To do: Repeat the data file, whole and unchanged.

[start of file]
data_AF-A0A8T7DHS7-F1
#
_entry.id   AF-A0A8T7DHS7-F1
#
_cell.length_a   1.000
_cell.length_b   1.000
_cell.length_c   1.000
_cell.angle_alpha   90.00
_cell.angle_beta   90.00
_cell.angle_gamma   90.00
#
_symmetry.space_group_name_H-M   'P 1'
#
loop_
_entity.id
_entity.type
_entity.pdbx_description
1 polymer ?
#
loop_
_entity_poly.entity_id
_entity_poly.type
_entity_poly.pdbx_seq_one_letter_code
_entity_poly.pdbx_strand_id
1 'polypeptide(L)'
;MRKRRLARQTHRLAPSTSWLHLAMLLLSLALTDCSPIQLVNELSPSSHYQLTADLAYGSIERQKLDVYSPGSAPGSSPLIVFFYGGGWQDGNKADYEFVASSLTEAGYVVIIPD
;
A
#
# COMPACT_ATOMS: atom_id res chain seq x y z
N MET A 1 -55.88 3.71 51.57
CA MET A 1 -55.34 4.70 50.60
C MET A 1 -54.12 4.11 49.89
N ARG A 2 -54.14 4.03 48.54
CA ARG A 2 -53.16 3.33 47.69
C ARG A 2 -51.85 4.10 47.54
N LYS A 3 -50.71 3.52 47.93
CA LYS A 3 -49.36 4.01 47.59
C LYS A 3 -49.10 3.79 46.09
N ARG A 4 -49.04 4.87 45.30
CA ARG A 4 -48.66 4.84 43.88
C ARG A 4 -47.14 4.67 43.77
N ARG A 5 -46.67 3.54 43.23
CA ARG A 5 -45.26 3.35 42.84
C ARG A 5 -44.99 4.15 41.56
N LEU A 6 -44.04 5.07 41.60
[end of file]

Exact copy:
data_AF-A0A8T7DHS7-F1
#
_entry.id   AF-A0A8T7DHS7-F1
#
_cell.length_a   1.000
_cell.length_b   1.000
_cell.length_c   1.000
_cell.angle_alpha   90.00
_cell.angle_beta   90.00
_cell.angle_gamma   90.00
#
_symmetry.space_group_name_H-M   'P 1'
#
loop_
_entity.id
_entity.type
_entity.pdbx_description
1 polymer ?
#
loop_
_entity_poly.entity_id
_entity_poly.type
_entity_poly.pdbx_seq_one_letter_code
_entity_poly.pdbx_strand_id
1 'polypeptide(L)'
;MRKRRLARQTHRLAPSTSWLHLAMLLLSLALTDCSPIQLVNELSPSSHYQLTADLAYGSIERQKLDVYSPGSAPGSSPLIVFFYGGGWQDGNKADYEFVASSLTEAGYVVIIPD
;
A
#
# COMPACT_ATOMS: atom_id res chain seq x y z
N MET A 1 -55.88 3.71 51.57
CA MET A 1 -55.34 4.70 50.60
C MET A 1 -54.12 4.11 49.89
N ARG A 2 -54.14 4.03 48.54
CA ARG A 2 -53.16 3.33 47.69
C ARG A 2 -51.85 4.10 47.54
N LYS A 3 -50.71 3.52 47.93
CA LYS A 3 -49.36 4.01 47.59
C LYS A 3 -49.10 3.79 46.09
N ARG A 4 -49.04 4.87 45.30
CA ARG A 4 -48.66 4.84 43.88
C ARG A 4 -47.14 4.67 43.77
N ARG A 5 -46.67 3.54 43.23
CA ARG A 5 -45.26 3.35 42.84
C ARG A 5 -44.99 4.15 41.56
N LEU A 6 -44.04 5.07 41.60